So you have moved to Los Angeles. The bags are all unpacked, everything is in the proper drawers and the boxes are ready to be recycled. Now, it’s time to explore the city and all of what the surrounding area has to offer.
Los Angeles is known for the never-ending summer and easy beach access. Santa Monica Pier is one stop to experience all of the above. The iconic pier is more than 100 years old, and it is located at the end of Route 66. It is home to Pacific Park, which has a Ferris wheel, seaside swing ride and the West roller coaster. There are several vendors and restaurants on the pier including seafood at The Albright and authentic Italian at Ristorante Al Mare. There are walking trails on the beach nearby, as well as several stations for bike rentals. People can test their strength and agility with the various gymnastics equipment on the beach. The evening is arguably the best time to visit Santa Monica, as the sun sets right over the ocean and the carnival lights just start to turn on.
There are several art and music events to check out downtown. Newcomers to L.A. should try to check out the newest art exhibit, Yayoi Kusama’s “Infinity Mirrors.” This exhibit is touring the U.S. with it already making stops in Washington D.C. and Seattle. The artist uses a polka dot motif, which is described as a metaphor for all things. Kusama said in 1968, “Our earth is only polka dot among a million stars in the cosmos.” Infinity Mirrors will be at The Broad until Jan. 1, 2018. Stand-by tickets are available each day on a first come, first served basis.
Located about 30 minutes from downtown, the Griffith Observatory offers great views of the city, the Pacific Ocean and the Hollywood sign. The observatory sits on 3,015 acres of land, and admission has been free since it opened in 1935. It served a valuable role in American history, as pilots used the observatory during World War II to train for celestial navigation. It was used again in the 1960s to train astronauts for NASA’s Apollo program. Now, visitors can look through the observatory’s telescopes, watch sparks fly from the Tesla Coil and generally learn more about astronomy.
Laguna Beach sits on a seven-mile stretch of sand about an hour’s drive from Santa Monica. Sunbathers head to its Main Beach, which has tide pools and paths leading to the nearby Heisler Park. Visitors can try to hang 10 at Beach Park, which is popular among surfers. It’s easy to avoid the crowds at Crystal Cove or Victoria Beach. Crystal Cove Park warrants a trip in itself. The nearly 4,000-acre area has an underwater park, three miles of beaches and 2,400 acres of canyons. The downtown area of Laguna Beach is very pedestrian-friendly, with several shops and restaurants. Gelato Paradiso is a local favorite. To find the place, all one has to do is follow the smell of sweet waffle cones.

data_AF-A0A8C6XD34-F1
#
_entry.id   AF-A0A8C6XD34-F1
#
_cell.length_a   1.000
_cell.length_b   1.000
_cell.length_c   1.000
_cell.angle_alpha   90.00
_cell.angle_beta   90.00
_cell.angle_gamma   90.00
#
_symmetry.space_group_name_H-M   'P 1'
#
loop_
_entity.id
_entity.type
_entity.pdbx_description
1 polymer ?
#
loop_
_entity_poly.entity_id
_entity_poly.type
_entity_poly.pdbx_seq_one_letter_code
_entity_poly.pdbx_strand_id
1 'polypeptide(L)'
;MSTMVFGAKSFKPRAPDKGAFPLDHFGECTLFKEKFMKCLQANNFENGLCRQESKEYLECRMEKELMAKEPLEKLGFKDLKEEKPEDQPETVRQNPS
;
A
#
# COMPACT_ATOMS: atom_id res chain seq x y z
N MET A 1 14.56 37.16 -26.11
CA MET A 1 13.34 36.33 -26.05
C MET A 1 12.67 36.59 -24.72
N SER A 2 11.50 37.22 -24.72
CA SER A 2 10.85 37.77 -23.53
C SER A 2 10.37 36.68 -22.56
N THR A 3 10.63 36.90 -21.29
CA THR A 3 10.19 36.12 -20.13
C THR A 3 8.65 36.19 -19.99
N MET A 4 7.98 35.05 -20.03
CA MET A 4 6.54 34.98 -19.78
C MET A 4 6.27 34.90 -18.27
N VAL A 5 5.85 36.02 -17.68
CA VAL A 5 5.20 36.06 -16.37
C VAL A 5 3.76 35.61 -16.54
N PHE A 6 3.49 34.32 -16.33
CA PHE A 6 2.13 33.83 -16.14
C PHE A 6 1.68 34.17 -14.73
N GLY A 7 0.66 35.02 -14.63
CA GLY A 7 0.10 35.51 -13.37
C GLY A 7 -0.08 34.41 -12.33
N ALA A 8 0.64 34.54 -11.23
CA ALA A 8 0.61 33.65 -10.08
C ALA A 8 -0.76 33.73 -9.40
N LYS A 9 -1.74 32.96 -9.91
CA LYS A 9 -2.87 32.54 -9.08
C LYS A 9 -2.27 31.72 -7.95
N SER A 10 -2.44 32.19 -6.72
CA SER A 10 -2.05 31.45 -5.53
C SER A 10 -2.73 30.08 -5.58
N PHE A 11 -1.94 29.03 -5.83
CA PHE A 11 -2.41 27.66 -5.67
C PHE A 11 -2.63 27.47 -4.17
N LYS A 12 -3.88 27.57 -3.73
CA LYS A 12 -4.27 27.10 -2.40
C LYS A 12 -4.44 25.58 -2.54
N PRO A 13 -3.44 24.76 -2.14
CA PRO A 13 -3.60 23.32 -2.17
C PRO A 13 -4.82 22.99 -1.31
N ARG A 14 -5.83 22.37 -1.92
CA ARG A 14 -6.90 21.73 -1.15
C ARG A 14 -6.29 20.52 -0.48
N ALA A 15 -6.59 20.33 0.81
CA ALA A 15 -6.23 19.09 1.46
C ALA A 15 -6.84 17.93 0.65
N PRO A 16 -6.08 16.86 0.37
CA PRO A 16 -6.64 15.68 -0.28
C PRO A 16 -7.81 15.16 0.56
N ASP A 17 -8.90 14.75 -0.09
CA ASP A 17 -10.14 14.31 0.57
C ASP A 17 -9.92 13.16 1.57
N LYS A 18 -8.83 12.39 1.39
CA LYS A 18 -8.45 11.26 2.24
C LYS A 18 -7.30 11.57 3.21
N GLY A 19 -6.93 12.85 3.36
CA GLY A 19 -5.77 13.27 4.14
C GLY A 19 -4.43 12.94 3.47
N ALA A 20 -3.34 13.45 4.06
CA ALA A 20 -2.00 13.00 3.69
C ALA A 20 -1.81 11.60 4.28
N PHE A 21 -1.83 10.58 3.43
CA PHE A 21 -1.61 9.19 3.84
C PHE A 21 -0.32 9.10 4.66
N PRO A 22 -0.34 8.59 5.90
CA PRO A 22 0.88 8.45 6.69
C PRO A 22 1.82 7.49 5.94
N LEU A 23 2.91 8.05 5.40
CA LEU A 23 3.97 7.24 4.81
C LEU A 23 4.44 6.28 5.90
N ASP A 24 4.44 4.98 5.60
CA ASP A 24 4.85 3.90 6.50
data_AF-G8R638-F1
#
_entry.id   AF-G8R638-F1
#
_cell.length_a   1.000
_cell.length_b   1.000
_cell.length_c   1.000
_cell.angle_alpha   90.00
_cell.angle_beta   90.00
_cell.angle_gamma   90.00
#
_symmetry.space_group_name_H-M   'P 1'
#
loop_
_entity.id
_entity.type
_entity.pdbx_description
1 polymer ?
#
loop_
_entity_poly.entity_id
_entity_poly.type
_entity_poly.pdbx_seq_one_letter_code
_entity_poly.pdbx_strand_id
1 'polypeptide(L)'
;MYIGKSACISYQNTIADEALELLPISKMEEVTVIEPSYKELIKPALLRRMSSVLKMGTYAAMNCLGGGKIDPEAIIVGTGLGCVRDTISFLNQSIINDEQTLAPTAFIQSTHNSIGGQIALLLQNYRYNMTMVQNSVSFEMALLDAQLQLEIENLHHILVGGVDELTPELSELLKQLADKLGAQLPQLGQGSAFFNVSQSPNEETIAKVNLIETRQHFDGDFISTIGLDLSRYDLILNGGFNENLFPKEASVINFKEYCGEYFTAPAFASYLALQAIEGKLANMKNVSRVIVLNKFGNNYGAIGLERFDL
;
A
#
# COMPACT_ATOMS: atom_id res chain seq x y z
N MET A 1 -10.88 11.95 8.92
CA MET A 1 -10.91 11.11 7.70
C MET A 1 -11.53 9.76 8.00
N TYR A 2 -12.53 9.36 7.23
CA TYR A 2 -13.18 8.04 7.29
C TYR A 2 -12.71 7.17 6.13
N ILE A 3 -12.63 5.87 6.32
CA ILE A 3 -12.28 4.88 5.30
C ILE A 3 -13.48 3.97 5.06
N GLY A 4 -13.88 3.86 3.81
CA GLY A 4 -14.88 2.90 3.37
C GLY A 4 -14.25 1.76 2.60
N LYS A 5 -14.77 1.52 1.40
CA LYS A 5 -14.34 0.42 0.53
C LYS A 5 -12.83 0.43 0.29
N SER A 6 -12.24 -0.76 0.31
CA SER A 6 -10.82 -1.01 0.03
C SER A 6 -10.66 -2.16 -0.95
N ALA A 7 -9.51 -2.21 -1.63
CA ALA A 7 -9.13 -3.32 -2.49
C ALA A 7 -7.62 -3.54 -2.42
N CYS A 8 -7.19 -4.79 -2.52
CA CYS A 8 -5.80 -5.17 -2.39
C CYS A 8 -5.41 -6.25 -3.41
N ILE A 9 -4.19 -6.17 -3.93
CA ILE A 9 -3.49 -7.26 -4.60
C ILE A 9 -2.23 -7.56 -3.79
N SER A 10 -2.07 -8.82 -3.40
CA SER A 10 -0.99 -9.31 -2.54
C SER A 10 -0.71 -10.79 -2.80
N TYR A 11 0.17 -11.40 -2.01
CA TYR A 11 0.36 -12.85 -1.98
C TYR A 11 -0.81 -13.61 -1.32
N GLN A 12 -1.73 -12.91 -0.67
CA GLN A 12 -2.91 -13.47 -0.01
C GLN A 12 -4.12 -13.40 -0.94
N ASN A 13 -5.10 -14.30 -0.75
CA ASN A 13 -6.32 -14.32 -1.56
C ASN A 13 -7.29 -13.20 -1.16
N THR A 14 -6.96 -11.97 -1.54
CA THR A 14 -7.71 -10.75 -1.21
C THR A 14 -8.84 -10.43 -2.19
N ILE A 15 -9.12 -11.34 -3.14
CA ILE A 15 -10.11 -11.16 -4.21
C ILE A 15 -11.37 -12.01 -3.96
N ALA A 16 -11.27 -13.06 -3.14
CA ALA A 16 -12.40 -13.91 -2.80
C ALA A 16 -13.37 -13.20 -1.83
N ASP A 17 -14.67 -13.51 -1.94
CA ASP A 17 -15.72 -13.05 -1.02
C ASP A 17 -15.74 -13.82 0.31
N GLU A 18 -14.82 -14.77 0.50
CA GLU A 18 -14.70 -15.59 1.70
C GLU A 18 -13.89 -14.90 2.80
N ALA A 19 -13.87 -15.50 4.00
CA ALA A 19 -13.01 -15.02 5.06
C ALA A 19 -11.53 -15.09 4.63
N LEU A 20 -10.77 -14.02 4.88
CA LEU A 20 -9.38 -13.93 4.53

Big Bear is the closest mountain town to Los Angeles, located about 2 hours from the city. The slopes are popular among skiers and snowboarders, but hikers also flock to the area for its scenic mountain views. The town has plenty to offer in the summer. Visitors can rent a paddleboard or kayak and explore Big Bear Lake. Mountain bikes are also available to rent, and the area has tree rope climbing for the adventurous. Start the day in Big Bear with a hearty breakfast at Grizzly Manor Cafe.
Ojai is a small city set in the valley of the Topatopa Mountains. This quaint place offers a break from the city life. It has several great restaurants to choose from, including breakfast at Knead Baking Company, lunch at Farmer & the Cook and a beer-complimented dinner at Ojai Beverage Company. Visitors can explore the hiking trails at Los Padres National Forest. The forest takes up close to 2 million acres, most of which is public land. Several animals call the forest home including red-tailed hawks, California quail and bald eagles. Head to Meditation Mount to experience true relaxation. This area has one of the prettiest sunsets in California called the “pink moment.” The scene is caused by the eastern reflection of the sun on the Topatopa Mountains, which are briefly bathed in pink.
Those interested in getting a taste of international travel should head to the Danish settlement of Solvang. Located about two hours north of L.A., this area has wooden windmills and a replica of Copenhagen’s Round Tower. Solvang has more than 150 shops, 35 restaurants and several wine tasting rooms. It also has the Elverhoj Museum, where people can learn more about the area’s Danish history. Families should make a stop at the nearby Quicksilver Ranch. The ranch is home to thoroughbred horses and adorable mini horses too.